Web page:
Every film from Roger Ebert's "Great Movies" essays.
In space no one can hear you scream.
During its return to the earth, commercial spaceship Nostromo intercepts a distress signal from a distant planet. When a three-member team of the crew discovers a chamber containing thousands of eggs on the planet, a creature inside one of the eggs attacks an explorer. The entire crew is unaware of the impending nightmare set to descend upon them when the alien parasite planted inside its unfortunate host is birthed.
One of the most original, suspenseful & terrifying films you're ever going to come across, Ridley Scott's breakthrough feature is a masterful blend of imagination, art direction, set design, special effects, unsettling score, perfect cast, terrific performances & quality narration and is an extraordinary achievement in the genre of both horror & science-fiction which today is universally hailed as one of the greatest motion pictures of all time.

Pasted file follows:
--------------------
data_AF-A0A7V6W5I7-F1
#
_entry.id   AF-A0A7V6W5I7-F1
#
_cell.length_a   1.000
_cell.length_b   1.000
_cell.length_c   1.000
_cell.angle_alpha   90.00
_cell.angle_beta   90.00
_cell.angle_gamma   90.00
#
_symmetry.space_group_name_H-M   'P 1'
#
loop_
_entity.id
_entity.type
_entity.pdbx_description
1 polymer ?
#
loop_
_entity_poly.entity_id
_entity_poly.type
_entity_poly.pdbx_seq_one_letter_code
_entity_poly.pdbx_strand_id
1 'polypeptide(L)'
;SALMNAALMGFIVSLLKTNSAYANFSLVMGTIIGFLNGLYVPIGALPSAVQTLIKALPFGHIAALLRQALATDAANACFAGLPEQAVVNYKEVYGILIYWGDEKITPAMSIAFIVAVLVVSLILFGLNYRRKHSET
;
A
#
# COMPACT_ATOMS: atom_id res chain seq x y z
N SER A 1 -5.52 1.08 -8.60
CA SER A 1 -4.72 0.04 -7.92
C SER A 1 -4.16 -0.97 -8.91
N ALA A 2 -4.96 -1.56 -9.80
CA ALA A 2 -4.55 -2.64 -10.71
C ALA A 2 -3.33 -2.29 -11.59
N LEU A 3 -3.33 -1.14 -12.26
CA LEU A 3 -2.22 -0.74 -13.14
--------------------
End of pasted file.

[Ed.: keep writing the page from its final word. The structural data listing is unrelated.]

Alien follows a seven members crew en-route to Earth on board a huge commercial ship when their journey is interrupted by what appears to be a distress signal from a desolate planet. The crew lands to investigate but discovers a deadly life form which breeds within a human host. And so begins the horror... the…
Sir Ridley Scott's epic atmospheric horror chiller space adventure set aboard the Nostromo that features a cast of memorable characters including a badass captain, a pair of wise cracking mechanics, a unique doctor of science, an unlikely heroine, and an alien creature thingy that likes to pop out at the craziest times. Deep sleep. Dallas's beard. Distress call. You would think spaceships would have bigger computer screens? The way John Hurt holds a cigarette. Parker's headband. Brett's Hawaiian shirt. Lambert's messy hair. Ash's facial expressions. Can you run in a spacesuit? Brett and Parker are my motherfuckers. Harry Dean Stanton's cigarette lighter. Ripley's sneakers. A pussycat who meows that I actually like. Fuck! The special effects are light years ahead…